Shares settled 2.2% higher at $92.84 Monday.

The company said that tight supplies of meat, strong demand from restaurants and supermarkets and its own efforts to cut costs were making its operations more profitable.

Operating income margins in Tyson’s beef business grew to 13% in the most recent quarter, compared with 11% in the same period a year ago. Chicken margins increased to 5% from a flat second quarter last year. Sales volumes in its pork unit declined about 5%, shrinking its margins slightly, as the company struggled to staff its plants to keep up with higher demand, company officials said.

The company said it expected a stronger performance from its chicken unit in the second half of the year and continued to project strong margins in its beef operations, though cattle are becoming more expensive for Tyson to purchase from feedlots as ranchers reduce herd sizes.

“Drought conditions and grain costs are certainly impacting supply,” said Mr. King. “While it’s not going to be a record back half, we think it will be a very good one.”

Tyson received a subpoena in April from the New York Attorney General’s Bureau of Consumer Frauds and Protection seeking information regarding its sales, prices and production costs of beef, pork and chicken products, according to its quarterly filing with the Securities and Exchange Commission. Tyson said it is reviewing the scope of the subpoena and will respond appropriately.

Meatpackers, including Tyson, have faced accusations of price fixing in recent years. Tyson has said it is cooperating with the Justice Department under a corporate leniency program after discovering that some employees were implicated in the alleged scheme. The government’s high-profile case against several poultry executives ended in a second mistrial in March. Prosecutors intend to try the case a third time.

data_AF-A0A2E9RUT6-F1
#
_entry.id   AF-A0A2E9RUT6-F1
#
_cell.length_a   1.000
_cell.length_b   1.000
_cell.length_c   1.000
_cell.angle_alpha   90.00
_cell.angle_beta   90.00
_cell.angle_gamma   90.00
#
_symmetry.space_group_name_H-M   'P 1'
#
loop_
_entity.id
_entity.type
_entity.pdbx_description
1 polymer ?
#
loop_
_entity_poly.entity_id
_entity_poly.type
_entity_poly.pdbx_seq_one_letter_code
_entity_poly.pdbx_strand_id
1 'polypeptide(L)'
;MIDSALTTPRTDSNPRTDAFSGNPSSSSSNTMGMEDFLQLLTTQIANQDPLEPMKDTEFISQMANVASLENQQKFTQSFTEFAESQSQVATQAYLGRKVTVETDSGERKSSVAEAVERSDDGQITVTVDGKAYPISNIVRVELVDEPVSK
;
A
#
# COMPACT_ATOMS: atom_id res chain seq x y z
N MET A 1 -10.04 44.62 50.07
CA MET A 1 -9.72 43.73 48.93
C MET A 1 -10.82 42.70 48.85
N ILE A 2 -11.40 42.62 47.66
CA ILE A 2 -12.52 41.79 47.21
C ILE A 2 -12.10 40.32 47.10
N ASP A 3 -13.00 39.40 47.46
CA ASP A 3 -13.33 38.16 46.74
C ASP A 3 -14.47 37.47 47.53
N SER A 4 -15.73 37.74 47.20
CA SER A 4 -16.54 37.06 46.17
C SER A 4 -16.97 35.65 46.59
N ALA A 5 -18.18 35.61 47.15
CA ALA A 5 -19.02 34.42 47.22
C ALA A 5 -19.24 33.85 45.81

The Justice Department separately opened a civil investigation into human-resources practices at chicken companies earlier this year. Tyson said in its quarterly filing that it is cooperating with the probe.

Despite ongoing labor challenges, Tyson said that staffing in its operations has improved in recent months and that the company had lower turnover and absenteeism in the most recent quarter. The company said it has invested in higher wages for its workers and other workplace benefits, such as flexible schedules, child care and transportation. Tyson said it is also working to boost its processing capacity, with four new plants expected to come online in the fourth quarter of its 2022 fiscal year.

“We are in a better position today than we have been in a long time,” Mr. King said, referring to Tyson’s staffing levels.

Tyson and other poultry companies are on alert as an outbreak of avian influenza this year has led to the death of nearly 40 million egg-laying chickens, turkeys and other birds, the worst toll since 2015. The bird-flu outbreak in the U.S. is contributing to a surge in egg prices and threatens to raise prices on other poultry products as deaths continue to mount. Tyson officials said the disease has had minimal impact on its operations.

Write to Patrick Thomas at [email protected]